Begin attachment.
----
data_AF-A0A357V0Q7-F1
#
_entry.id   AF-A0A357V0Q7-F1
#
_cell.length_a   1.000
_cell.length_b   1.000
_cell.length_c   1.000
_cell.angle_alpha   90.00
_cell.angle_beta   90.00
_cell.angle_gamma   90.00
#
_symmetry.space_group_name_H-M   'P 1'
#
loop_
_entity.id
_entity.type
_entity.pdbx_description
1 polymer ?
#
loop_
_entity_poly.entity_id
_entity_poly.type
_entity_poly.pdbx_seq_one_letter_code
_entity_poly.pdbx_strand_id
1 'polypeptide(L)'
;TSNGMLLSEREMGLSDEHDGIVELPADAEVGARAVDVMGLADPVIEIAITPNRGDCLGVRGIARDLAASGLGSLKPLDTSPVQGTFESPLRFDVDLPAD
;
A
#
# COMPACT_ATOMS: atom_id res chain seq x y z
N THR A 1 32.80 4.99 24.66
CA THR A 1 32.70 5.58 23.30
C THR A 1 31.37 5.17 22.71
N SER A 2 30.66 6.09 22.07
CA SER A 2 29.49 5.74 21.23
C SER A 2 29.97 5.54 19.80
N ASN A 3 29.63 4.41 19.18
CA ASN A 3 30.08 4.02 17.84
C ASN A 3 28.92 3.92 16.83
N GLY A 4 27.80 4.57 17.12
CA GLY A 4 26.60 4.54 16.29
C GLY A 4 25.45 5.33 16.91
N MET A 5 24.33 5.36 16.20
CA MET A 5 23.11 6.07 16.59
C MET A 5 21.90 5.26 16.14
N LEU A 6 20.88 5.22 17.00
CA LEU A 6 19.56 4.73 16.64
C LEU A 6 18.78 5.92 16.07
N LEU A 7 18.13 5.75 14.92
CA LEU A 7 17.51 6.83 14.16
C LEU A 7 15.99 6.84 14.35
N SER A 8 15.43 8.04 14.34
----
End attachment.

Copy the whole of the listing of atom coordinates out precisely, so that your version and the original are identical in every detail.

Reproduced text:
data_AF-A0A357V0Q7-F1
#
_entry.id   AF-A0A357V0Q7-F1
#
_cell.length_a   1.000
_cell.length_b   1.000
_cell.length_c   1.000
_cell.angle_alpha   90.00
_cell.angle_beta   90.00
_cell.angle_gamma   90.00
#
_symmetry.space_group_name_H-M   'P 1'
#
loop_
_entity.id
_entity.type
_entity.pdbx_description
1 polymer ?
#
loop_
_entity_poly.entity_id
_entity_poly.type
_entity_poly.pdbx_seq_one_letter_code
_entity_poly.pdbx_strand_id
1 'polypeptide(L)'
;TSNGMLLSEREMGLSDEHDGIVELPADAEVGARAVDVMGLADPVIEIAITPNRGDCLGVRGIARDLAASGLGSLKPLDTSPVQGTFESPLRFDVDLPAD
;
A
#
# COMPACT_ATOMS: atom_id res chain seq x y z
N THR A 1 32.80 4.99 24.66
CA THR A 1 32.70 5.58 23.30
C THR A 1 31.37 5.17 22.71
N SER A 2 30.66 6.09 22.07
CA SER A 2 29.49 5.74 21.23
C SER A 2 29.97 5.54 19.80
N ASN A 3 29.63 4.41 19.18
CA ASN A 3 30.08 4.02 17.84
C ASN A 3 28.92 3.92 16.83
N GLY A 4 27.80 4.57 17.12
CA GLY A 4 26.60 4.54 16.29
C GLY A 4 25.45 5.33 16.91
N MET A 5 24.33 5.36 16.20
CA MET A 5 23.11 6.07 16.59
C MET A 5 21.90 5.26 16.14
N LEU A 6 20.88 5.22 17.00
CA LEU A 6 19.56 4.73 16.64
C LEU A 6 18.78 5.92 16.07
N LEU A 7 18.13 5.75 14.92
CA LEU A 7 17.51 6.83 14.16
C LEU A 7 15.99 6.84 14.35
N SER A 8 15.43 8.04 14.34